|Ashoke Chatterjee, Parthiv Shah, Aditya Arya & Samar S Lodha|
Gurus of Photography
— Bharat TiwariPhotography is a visual documentation of time. It's an art that appeals to everyone but a mere photo click can't be art, one has to learn it with thorough dedication. Couple of years back someone told me, "Till you've clicked your first ten thousand photographs don't even think that you are a photographer", I felt awkward but now I know even a zero or two added in 10,000 can't make one a photographer less one is blessed with 'the eye' and ‘a guru’.
I could see it in the eyes of Swarat Ghosh, when he came to me asking “Did you like my work… I saw you taking photo of them”. A wonderful essay of rag-pickers by him made me stand and watch the life go by. The smiling hearts of photographer’s chosen for this project was telling me ‘we have arrived’! Not only their eyes communicating this but it was visible and audible from people present at the opening of the exhibition among whom were Ashok Khosla, co-chair of the United Nations Environment Programme’s International Resource Panel sporting a shawl made of recycled coke plastic, Professor Rajeev Lochan, Director of the National Gallery of Modern Art (NGMA) New Delhi, Parthiv Shah, photographer who as a jury selected and edited images for catalogue and the show, Bandeep Singh, Prabir Purkayastha , Vidya Shah, Dipankar Gupta, Harmala, Singh Samar Singh Jodha and Asha Rani Mathur, to name a few.
Here's the jury Parthiv Shah's analysis of the photographers chosen for project under the aegis of Neel Dongre Awards/Grants for Excellence in Photography (2016), a project aiming to providing a visual interpretation of the World of Recycle & Waste Management.
WORLD OF RECYCLE — A Public Secret — Parthiv Shah
|Jury's presence, Parthiv Shah|
पूर्णमदः पूर्णमिदम् पूर्णात् पूर्णमुदच्यते ।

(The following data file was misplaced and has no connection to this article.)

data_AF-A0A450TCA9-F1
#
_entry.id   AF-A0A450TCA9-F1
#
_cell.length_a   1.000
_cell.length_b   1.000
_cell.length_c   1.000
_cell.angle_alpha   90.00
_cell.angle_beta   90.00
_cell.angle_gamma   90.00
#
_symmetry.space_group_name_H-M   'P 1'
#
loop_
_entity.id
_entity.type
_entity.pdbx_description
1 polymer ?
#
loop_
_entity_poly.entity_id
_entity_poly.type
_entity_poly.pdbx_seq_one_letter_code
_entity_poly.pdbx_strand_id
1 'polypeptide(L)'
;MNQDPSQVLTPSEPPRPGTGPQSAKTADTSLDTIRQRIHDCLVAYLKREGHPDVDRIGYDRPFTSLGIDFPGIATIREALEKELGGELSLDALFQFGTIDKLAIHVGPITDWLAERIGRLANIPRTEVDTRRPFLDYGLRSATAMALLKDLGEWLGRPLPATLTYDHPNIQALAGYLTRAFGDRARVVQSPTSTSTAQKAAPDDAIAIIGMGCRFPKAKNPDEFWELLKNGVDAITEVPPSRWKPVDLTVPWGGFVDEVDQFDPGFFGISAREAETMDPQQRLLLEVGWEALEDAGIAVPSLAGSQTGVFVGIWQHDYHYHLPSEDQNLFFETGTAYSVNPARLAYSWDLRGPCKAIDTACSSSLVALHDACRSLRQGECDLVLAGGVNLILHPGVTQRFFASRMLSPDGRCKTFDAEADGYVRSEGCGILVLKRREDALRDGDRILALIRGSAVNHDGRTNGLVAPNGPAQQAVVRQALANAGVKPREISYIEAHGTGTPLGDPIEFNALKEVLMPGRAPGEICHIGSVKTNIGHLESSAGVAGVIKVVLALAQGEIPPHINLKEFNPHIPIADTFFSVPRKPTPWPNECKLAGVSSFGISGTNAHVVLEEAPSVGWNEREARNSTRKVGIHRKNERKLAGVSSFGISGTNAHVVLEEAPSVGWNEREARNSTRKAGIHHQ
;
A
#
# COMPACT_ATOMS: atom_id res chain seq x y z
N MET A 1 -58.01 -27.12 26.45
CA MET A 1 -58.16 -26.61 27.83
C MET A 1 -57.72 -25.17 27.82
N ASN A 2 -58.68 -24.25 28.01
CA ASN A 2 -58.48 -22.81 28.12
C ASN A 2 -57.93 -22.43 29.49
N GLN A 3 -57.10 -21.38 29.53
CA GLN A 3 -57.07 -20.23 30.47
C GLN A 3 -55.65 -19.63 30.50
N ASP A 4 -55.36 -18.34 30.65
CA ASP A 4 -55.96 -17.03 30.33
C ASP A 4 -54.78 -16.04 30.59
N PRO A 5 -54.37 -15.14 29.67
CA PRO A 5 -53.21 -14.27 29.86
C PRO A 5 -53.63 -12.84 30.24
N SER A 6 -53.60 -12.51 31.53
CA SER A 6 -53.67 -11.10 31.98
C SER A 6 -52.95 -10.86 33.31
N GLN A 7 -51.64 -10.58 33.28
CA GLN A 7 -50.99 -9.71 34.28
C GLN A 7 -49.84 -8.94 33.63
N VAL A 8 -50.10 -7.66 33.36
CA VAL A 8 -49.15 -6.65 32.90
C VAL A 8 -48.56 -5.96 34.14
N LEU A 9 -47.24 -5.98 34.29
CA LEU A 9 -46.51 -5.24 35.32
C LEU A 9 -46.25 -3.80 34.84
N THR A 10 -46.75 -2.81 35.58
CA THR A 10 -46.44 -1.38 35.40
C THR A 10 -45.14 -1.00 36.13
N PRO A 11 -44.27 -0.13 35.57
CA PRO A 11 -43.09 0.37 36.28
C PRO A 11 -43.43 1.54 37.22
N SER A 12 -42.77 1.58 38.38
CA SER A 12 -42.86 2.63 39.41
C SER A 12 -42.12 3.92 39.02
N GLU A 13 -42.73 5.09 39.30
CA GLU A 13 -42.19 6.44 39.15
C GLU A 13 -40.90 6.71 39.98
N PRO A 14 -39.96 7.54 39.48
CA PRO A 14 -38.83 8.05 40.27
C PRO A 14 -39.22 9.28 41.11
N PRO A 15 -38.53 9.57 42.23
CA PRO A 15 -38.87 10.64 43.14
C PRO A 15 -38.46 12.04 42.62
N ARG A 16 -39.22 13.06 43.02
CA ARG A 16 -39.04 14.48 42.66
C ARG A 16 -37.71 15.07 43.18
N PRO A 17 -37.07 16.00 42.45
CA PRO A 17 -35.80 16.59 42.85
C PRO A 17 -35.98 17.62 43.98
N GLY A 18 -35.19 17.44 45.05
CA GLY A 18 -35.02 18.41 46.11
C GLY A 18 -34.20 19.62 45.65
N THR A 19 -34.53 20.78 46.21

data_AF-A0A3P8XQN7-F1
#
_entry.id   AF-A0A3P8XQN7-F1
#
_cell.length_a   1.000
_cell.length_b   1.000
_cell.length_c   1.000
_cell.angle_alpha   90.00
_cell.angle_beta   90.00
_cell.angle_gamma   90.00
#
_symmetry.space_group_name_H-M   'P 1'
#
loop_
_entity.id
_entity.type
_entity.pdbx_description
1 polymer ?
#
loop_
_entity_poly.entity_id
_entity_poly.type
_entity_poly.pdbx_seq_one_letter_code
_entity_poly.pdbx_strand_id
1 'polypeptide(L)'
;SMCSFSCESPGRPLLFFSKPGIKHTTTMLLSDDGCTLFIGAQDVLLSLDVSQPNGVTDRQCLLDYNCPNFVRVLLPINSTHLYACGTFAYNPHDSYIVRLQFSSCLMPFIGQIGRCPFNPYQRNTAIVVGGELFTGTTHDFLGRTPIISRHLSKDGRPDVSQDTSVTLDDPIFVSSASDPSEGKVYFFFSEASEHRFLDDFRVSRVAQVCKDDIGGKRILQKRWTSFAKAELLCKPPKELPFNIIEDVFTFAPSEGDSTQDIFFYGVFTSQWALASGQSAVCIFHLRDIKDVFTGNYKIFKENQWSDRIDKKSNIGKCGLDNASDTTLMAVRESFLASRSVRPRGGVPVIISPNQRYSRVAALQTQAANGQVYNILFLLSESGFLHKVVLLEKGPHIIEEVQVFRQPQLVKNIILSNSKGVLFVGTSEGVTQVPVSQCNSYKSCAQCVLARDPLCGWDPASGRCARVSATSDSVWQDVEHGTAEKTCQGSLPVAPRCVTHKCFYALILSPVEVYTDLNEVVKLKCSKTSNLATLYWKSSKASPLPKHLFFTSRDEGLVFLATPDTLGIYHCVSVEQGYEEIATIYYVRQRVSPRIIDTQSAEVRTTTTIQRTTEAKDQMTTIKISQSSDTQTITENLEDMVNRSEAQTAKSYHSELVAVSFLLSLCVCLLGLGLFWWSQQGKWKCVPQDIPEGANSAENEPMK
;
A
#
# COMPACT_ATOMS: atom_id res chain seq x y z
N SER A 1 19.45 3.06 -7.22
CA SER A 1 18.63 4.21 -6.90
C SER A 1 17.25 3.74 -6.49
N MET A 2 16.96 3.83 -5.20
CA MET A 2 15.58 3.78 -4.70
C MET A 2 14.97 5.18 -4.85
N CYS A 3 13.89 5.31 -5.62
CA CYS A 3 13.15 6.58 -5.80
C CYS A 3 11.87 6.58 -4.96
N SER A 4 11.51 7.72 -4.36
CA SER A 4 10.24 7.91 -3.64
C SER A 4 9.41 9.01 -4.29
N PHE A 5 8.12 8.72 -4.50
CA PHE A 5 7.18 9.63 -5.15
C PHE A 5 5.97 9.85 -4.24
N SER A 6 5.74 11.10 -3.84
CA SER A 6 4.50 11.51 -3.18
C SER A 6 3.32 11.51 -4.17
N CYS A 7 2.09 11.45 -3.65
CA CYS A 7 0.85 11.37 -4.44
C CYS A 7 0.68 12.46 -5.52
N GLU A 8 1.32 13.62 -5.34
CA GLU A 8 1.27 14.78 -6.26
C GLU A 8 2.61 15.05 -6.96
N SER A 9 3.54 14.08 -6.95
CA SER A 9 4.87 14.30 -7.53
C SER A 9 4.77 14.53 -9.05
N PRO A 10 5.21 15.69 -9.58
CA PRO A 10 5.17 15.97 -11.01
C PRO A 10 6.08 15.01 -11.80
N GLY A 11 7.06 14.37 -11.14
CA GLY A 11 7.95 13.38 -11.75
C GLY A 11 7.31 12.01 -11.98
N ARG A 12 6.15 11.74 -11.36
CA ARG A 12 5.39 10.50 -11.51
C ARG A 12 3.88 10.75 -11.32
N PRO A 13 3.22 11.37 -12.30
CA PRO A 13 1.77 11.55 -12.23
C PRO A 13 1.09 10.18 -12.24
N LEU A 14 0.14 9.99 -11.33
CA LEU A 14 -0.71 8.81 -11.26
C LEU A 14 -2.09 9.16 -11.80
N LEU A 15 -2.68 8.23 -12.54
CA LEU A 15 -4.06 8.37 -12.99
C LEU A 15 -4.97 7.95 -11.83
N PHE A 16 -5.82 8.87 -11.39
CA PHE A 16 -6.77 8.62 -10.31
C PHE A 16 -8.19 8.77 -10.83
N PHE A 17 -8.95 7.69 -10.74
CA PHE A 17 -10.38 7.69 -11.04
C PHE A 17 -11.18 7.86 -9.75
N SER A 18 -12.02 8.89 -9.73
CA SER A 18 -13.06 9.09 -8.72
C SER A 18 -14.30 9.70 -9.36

पूर्णस्य पूर्णमादाय पूर्णमेवावशिष्यते ॥
That is the whole, this is the whole;
from the whole, the whole becomes manifest;
taking away the whole from the whole,
the whole remains.
Om. Peace! Peace! Peace!.
Recycling is a western term which was made popular sometimes in late 60’s. Humans thought that the earth has enormous resources but soon they realized that this will all go away very soon! Interestingly
In our part of world we had very little material resources and our ancient culture always believed in reincarnation and that we brought in day to day practice. In India even now a Saree becomes a cradle which becomes a quilt and turns in to a mop and sometime even a wick of lamp!
Recycling is not new to us but when western technology and material has taken over our lifestyle it is but natural that we have to think differently. One can see in local haat (weekly bazaar) of village bags and spice boxes made out of oil containers, hand-fans made out of tobacco gutaka pouches, rubber chappals made of truck tires etc.
Recycling is a hard and dirty job, mostly carried out by the lowest strata of society. To document these people and their work in camera is a real daunting task. This year nine young photographers have approached this subject in a very unique way. Some have concentrated on the human aspect while some have captured the visual play.
Monica Tiwari’s Dust is work of irony, the candidness captured by the camera stands in striking contrast to the harsh realities of the occupational hazards, the lack of basic infrastructure and education. The children at the landfill occupy the frames, and the sentiment that plays out in its characteristic loud refrain is that of a practiced indifference. Landfills and garbage dumps have been shot by hundreds of photographers across the world and it is quite a challenge for any photographer to humanise this landscape. Children in all her frames remind in a way of the unfairness of policy measures that turn these landscapes of ‘dust and garbage’ into compromising means of survival.
The present series is a testimony to the idea of ‘Public Secret’- something that is known, but fails meaningful articulation. The stories of waste recycling in India do not constitute a narrative that is new but a narrative that has been abandoned to a culture of compromise. The photographs in the series provide for a humane exposition of the issues concerning waste management in India. Covering multiple stories - scrap-dealers, construction waste, rag-pickers, recycled handicrafts and second hand markets - these works highlight the marginalisation faced by the disadvantaged and the layered narratives within.
It is good to know that the platform through this series is contributing to the mainstreaming of a marginal public issue which we as a community have been dedicated to over the years.
These photographs shall hopefully bring more voices and greater interest to the discourse that is mostly limited to closed circles. In their own ways they are attempts at articulation, of these many encounters with the ‘invisible’, that are generally avoided.